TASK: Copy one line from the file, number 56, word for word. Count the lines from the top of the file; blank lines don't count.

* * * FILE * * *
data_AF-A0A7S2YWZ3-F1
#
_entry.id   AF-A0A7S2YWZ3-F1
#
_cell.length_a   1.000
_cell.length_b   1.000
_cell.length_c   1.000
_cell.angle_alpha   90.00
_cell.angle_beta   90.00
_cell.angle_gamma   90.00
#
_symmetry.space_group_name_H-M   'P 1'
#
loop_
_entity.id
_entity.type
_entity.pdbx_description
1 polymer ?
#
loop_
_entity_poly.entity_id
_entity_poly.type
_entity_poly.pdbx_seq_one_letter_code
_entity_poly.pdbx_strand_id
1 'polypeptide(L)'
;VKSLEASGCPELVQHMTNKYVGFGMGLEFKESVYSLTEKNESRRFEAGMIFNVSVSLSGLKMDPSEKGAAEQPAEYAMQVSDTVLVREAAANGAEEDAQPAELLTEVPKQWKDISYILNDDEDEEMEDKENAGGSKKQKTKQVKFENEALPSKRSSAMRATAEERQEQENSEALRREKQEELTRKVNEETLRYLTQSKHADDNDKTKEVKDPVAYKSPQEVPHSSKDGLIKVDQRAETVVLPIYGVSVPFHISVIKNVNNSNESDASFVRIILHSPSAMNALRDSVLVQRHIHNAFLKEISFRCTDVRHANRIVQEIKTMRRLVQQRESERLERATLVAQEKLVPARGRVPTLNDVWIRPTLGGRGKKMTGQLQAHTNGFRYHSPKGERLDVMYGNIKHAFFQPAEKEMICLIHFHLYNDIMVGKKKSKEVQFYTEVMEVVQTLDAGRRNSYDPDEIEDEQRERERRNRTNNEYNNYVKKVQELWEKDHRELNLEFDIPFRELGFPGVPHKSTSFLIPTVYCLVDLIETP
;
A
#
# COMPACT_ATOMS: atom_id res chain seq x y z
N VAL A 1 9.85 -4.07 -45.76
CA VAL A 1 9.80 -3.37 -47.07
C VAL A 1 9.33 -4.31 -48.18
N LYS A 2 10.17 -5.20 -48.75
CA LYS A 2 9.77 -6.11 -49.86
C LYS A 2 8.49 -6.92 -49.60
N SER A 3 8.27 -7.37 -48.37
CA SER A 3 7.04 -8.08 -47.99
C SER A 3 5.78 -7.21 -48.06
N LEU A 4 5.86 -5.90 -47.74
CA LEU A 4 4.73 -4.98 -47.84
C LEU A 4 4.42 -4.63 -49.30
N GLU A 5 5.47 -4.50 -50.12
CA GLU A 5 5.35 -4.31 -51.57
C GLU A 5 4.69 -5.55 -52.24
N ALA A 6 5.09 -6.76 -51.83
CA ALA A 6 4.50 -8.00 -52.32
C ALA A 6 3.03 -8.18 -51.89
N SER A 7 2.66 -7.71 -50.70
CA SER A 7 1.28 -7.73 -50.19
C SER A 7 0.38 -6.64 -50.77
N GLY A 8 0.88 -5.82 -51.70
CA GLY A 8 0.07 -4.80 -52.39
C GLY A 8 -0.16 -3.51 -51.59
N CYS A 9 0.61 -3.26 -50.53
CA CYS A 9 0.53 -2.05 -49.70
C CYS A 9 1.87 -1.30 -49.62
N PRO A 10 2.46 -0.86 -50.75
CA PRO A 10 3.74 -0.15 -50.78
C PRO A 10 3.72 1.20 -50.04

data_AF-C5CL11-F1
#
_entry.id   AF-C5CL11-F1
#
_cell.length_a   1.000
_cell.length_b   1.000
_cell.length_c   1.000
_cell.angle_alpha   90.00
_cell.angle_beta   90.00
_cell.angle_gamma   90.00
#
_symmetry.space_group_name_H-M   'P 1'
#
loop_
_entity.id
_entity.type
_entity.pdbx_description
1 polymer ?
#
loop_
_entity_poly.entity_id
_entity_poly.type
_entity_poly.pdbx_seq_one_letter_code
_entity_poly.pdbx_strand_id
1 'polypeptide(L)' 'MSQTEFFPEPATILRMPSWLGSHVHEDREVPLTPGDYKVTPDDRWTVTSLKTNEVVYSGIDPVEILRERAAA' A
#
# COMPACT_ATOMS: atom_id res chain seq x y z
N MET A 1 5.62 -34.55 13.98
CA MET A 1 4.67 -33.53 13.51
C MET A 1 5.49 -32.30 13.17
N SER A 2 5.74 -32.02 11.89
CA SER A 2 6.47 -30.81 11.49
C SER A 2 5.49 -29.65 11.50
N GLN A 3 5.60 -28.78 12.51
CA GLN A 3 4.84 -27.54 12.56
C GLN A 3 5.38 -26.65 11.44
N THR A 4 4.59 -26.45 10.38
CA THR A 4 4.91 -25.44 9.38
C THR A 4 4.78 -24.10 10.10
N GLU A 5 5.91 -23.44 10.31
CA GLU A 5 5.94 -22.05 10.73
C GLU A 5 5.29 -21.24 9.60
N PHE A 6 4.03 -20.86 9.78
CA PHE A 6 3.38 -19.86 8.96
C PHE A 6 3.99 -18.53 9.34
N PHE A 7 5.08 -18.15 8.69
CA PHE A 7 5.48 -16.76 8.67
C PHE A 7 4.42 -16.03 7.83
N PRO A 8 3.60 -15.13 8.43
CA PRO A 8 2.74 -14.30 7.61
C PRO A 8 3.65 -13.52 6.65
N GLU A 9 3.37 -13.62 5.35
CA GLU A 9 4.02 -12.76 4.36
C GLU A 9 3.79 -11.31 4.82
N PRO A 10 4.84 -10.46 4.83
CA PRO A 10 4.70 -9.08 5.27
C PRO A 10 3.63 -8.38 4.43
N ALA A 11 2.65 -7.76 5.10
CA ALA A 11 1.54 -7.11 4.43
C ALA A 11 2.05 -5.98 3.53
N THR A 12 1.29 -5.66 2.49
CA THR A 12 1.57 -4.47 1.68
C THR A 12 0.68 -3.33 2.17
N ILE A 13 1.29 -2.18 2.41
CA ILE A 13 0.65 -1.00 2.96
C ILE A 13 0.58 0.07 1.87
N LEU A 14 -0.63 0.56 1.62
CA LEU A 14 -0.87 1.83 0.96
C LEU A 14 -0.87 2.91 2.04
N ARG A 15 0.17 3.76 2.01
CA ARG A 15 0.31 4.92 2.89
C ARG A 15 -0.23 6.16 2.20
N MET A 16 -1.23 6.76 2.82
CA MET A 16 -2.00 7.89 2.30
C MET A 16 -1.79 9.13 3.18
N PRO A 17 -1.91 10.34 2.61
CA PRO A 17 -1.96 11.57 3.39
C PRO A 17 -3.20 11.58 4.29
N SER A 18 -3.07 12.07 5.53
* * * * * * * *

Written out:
CA CYS A 9 0.53 -2.05 -49.70